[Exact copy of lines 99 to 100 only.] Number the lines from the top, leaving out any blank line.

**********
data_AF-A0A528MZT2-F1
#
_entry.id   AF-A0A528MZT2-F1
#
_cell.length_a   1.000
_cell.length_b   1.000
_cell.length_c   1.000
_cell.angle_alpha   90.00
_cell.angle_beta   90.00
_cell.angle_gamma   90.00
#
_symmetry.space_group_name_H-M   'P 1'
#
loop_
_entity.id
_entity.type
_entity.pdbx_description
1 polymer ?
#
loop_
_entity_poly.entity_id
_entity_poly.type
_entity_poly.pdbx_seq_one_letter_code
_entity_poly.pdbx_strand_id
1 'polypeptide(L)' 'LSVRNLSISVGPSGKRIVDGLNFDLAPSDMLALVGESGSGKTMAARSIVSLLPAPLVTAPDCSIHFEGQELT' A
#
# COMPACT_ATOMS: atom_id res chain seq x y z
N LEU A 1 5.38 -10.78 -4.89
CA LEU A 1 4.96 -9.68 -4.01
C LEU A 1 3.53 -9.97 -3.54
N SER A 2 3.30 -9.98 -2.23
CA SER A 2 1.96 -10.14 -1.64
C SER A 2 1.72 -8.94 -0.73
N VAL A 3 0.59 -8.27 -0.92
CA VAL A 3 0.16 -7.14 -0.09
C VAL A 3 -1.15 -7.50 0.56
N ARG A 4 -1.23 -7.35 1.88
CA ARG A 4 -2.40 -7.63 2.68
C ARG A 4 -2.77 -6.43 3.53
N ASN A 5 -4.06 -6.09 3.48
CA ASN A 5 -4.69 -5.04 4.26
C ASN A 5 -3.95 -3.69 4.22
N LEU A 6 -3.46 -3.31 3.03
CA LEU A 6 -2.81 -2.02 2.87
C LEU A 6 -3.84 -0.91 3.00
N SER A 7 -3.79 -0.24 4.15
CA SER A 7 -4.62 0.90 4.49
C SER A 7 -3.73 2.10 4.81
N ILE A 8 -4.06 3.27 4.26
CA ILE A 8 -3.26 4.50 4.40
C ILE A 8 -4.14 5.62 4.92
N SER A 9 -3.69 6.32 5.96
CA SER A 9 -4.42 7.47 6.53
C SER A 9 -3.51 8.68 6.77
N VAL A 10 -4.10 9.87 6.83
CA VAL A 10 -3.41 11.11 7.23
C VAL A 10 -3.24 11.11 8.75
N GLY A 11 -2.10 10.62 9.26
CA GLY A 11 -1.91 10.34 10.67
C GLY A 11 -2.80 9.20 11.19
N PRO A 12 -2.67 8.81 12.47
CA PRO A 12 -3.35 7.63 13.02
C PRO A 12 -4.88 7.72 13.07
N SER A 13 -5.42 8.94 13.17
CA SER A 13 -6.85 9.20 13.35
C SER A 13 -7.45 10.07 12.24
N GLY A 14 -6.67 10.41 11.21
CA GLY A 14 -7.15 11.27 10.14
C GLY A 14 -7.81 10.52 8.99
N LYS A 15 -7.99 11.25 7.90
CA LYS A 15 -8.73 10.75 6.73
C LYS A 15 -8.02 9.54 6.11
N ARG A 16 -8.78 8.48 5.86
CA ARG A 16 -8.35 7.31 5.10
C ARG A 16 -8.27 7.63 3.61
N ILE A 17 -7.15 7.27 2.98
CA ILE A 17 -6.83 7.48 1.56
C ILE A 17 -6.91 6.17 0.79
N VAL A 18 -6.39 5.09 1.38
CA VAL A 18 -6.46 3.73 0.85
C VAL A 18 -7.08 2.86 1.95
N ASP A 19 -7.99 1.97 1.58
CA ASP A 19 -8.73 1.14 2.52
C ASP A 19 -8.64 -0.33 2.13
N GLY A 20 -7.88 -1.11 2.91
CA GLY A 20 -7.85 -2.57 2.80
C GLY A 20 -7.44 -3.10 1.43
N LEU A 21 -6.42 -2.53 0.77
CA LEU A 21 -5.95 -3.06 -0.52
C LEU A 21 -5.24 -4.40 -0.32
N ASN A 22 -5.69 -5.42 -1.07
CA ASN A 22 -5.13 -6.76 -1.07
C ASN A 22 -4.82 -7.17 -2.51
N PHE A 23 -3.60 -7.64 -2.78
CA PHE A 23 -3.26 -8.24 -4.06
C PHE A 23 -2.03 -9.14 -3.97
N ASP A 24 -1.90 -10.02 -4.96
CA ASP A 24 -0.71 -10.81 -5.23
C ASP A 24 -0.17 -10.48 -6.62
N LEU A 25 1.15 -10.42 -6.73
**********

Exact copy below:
C ASP A 24 -0.17 -10.48 -6.62
N LEU A 25 1.15 -10.42 -6.73